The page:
6) Allow temporary housing in Outdoor Shelters. BPS was directed by Council resolution in 2019 to enable “temporary housing,” and interpreted that to a new concept  of “Outdoor Shelter,” using State-defined "transitional accommodation" structure types, excluding legal housing. There is no reason or norm that temporary housing not be, housing; this is generally less preferable to residents; and it works strongly against sites or dwellings transitioning to permanent housing, one of the simplest ways to achieve the permanent housing which everyone says is the real goal.

This major restriction was not in the City Council ordinance authorizing S2HC project and we repeatedly advocated to remove it. It doesn’t align with common village models, and is at odds with the 2021 Oregon housing emergency legislation HB 2006, which defines emergency-usable housing to include all types of structures. This is also consistent with California emergency shelter law, and general practice. These restrictions should be removed.


7) Don't require water/sewer connections for shelters, or mobile dwellings. Contrary to overwhelming public and expert testimony, and the recommendation of the PSC, the draft requires a sewer-water connection for vehicles with plumbing, and state titling. The sewer connection in particular is prohibitive for a huge portion of possible cases of vehicle residence on private property. It’s also backward looking, hooking users into a costly and disaster-fragile mass sewage system, rather than ecological, adaptable, and autonomous composting, greywater, and solar energy systems. We urge that accommodations and mobile dwellings permitted by S2HC be allowed to innovate and use non-grid water, waste, and electric systems; and as PSC recommends, not be required to meet state titling.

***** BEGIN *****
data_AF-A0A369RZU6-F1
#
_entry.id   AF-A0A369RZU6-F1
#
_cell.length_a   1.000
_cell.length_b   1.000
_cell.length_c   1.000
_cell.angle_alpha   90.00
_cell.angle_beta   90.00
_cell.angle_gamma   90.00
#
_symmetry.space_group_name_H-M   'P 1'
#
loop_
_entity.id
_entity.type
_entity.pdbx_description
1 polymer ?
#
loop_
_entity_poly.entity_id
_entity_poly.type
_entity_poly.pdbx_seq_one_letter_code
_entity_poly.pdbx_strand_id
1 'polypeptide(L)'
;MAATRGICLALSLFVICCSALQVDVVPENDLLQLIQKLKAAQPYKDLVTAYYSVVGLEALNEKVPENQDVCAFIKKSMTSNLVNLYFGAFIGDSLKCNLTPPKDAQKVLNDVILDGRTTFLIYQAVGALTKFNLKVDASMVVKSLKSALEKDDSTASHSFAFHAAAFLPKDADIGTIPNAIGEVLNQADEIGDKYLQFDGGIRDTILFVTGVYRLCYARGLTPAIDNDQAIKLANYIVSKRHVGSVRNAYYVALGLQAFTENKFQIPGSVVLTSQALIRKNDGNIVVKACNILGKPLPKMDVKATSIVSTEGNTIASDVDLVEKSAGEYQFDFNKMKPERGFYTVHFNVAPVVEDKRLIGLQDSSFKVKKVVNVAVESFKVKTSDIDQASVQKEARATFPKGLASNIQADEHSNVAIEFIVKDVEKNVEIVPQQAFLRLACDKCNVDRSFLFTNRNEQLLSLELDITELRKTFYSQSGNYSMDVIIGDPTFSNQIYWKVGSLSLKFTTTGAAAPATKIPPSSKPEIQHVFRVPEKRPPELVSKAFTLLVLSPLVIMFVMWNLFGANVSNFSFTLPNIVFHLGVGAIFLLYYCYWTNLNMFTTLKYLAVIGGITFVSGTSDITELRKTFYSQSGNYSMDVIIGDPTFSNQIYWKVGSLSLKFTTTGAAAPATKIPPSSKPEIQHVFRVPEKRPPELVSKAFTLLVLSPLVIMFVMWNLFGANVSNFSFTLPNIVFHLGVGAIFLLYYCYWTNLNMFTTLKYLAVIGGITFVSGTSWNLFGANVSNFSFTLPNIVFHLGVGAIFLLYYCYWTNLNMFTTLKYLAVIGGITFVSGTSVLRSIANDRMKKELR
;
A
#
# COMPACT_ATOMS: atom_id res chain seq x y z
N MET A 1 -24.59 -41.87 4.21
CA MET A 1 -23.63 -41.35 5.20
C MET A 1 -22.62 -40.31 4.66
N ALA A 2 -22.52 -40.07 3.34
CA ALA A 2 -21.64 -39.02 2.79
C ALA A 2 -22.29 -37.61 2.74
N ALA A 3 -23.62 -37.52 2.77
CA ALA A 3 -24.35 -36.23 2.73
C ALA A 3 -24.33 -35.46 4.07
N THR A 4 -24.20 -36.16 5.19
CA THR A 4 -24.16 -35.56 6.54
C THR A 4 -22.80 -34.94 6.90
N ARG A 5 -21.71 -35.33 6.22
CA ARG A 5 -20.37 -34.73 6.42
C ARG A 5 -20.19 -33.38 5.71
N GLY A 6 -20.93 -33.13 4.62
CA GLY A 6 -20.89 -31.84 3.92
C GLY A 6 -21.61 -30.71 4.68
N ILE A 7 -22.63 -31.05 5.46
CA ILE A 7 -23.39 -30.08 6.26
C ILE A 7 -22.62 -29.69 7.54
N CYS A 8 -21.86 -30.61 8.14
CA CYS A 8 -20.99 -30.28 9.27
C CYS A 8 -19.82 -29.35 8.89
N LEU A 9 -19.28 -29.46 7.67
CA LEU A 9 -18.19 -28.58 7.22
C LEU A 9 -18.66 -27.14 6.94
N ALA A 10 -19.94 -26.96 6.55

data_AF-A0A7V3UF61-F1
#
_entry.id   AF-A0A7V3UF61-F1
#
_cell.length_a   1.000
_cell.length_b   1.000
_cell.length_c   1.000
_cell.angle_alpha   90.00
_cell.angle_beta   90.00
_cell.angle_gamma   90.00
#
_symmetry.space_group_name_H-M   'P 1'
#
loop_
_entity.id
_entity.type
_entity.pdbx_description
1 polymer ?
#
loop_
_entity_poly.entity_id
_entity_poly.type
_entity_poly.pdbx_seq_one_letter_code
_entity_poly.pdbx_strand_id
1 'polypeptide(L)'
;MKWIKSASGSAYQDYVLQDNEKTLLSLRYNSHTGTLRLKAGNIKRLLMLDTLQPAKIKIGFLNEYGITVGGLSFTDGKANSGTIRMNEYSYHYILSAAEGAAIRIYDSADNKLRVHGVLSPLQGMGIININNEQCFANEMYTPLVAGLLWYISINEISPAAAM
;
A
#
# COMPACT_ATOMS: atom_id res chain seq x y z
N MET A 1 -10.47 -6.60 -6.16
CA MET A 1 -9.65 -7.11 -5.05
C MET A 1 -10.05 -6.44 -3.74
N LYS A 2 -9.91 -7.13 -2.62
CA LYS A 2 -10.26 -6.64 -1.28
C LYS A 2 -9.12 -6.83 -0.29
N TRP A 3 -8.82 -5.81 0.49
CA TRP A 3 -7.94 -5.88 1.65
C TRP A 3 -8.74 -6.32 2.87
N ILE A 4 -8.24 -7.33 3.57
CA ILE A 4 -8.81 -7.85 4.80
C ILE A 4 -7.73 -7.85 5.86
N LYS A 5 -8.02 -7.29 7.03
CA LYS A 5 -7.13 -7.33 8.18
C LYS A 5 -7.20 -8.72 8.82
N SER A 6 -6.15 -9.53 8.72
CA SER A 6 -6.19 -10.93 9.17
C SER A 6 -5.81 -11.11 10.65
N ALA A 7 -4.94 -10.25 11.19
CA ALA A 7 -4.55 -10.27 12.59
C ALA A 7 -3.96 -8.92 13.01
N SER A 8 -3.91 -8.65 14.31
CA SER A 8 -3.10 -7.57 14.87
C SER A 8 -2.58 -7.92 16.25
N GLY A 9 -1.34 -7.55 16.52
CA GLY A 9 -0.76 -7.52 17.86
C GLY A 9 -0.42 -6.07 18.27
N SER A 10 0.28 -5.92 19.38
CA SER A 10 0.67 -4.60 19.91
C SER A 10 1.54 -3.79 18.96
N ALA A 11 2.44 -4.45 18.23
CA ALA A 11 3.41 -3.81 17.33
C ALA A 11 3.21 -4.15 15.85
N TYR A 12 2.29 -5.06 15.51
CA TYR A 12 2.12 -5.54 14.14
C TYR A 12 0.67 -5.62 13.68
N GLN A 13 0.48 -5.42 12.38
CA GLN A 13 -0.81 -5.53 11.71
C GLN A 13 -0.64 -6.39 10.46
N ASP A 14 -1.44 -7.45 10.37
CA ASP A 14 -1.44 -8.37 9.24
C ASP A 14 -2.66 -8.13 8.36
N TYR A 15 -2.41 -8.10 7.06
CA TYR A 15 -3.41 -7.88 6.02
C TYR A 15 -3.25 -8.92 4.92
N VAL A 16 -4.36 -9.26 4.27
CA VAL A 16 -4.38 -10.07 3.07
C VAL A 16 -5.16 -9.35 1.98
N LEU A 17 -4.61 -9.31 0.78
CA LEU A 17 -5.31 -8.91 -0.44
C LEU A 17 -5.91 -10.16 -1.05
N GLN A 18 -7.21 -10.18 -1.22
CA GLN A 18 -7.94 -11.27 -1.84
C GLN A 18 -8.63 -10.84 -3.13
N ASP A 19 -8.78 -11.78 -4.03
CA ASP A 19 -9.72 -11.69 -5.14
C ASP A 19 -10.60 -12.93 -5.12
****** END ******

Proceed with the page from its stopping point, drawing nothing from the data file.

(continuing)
8) For Outdoor Shelters, don't require 25' setback from adjoining residential property. This is unreasonable, prohibitive for small lots, and inconsistent with other residential setback rules.


9)  Don't require shelters to be 'compatible' with adjacent residential. 
33.815.107 requires that Outdoor Shelters “ will be compatible with adjacent residential developments based on characteristics such as the site size, building scale and style.”  This is  nonsensical: if outdoor shelters are not and can not include housing structures, they can’t reasonably be required to be compatible in building scale and style with area residences.

We respectfully request incorporation of these recommendations into the S2HC ordinance and implementation, and look forward to working together to support our unhoused neighbors.


Sincerely,

Tim McCormick - co-founder & moderator, PDX Shelter Forum.
tmccormick@gmail.com, tjm.org, 503.334.1894

Sean Green - co-founder, PDX Shelter Forum; co-founder, Shelter Now; chair, Northeast Coalition of Neighborhoods.
green@aforma.co, 971.998.7376


Co-signers:   

Paxton Rothwell - Sunrise Movement - PDX

Howard Silverman        

Les Wardenaar - Chair, Interfaith Alliance on Poverty

Tommy Kiser        - Arbor Lodge Neighborhood Association

Donna L Cohen

Sarah Carolus - Interfaith Alliance on Poverty

Adrianna Mckinley        

Keith Wilson        - President, TITAN Freight Systems

Taffy Everts - Kenton Neighborhood Association (Neighborhood Rose Garden co-manager)

Tom Hickey - Bridgeton Neighborhood Association

Patt Opdyke - Neighbors Helping Neighbors PDX

Janice Painter Yaden - Interfaith Alliance on Poverty

Dave Albertine - Interfaith Alliance on Poverty

James Krauel - Operation Nightwatch

Kirsten Reindel        

Leon Porter        

Alexis Stephens - Tiny Home Industry Association, Tiny House Expedition

kristen leigh sartor        

Northwest Pilot Project

Sarah Berry - Portland State University

Carol Turner        - Shelter Now and Interfaith Alliance on Poverty

Nina Berliant        

Brian Hoop - Housing Oregon

Some alternate testimony letter material: